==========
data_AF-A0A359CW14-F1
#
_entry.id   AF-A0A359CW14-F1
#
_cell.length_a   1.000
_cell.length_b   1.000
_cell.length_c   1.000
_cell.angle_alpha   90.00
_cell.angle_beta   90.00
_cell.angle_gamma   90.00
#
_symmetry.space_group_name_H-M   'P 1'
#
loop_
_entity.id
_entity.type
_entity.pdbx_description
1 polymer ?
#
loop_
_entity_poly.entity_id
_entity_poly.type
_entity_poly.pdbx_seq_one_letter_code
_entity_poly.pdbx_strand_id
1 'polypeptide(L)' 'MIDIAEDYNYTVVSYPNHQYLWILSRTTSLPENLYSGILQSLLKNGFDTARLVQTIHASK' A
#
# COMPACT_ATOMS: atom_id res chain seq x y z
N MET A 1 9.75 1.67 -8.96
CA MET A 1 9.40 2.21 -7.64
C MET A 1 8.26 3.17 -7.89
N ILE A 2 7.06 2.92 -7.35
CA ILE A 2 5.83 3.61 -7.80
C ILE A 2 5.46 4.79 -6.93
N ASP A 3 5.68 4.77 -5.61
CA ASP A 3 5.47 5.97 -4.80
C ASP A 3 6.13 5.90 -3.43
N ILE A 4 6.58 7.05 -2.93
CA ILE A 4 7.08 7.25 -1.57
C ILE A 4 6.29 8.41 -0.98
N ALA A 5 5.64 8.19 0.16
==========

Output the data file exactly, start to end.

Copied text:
data_AF-A0A359CW14-F1
#
_entry.id   AF-A0A359CW14-F1
#
_cell.length_a   1.000
_cell.length_b   1.000
_cell.length_c   1.000
_cell.angle_alpha   90.00
_cell.angle_beta   90.00
_cell.angle_gamma   90.00
#
_symmetry.space_group_name_H-M   'P 1'
#
loop_
_entity.id
_entity.type
_entity.pdbx_description
1 polymer ?
#
loop_
_entity_poly.entity_id
_entity_poly.type
_entity_poly.pdbx_seq_one_letter_code
_entity_poly.pdbx_strand_id
1 'polypeptide(L)' 'MIDIAEDYNYTVVSYPNHQYLWILSRTTSLPENLYSGILQSLLKNGFDTARLVQTIHASK' A
#
# COMPACT_ATOMS: atom_id res chain seq x y z
N MET A 1 9.75 1.67 -8.96
CA MET A 1 9.40 2.21 -7.64
C MET A 1 8.26 3.17 -7.89
N ILE A 2 7.06 2.92 -7.35
CA ILE A 2 5.83 3.61 -7.80
C ILE A 2 5.46 4.79 -6.93
N ASP A 3 5.68 4.77 -5.61
CA ASP A 3 5.47 5.97 -4.80
C ASP A 3 6.13 5.90 -3.43
N ILE A 4 6.58 7.05 -2.93
CA ILE A 4 7.08 7.25 -1.57
C ILE A 4 6.29 8.41 -0.98
N ALA A 5 5.64 8.19 0.16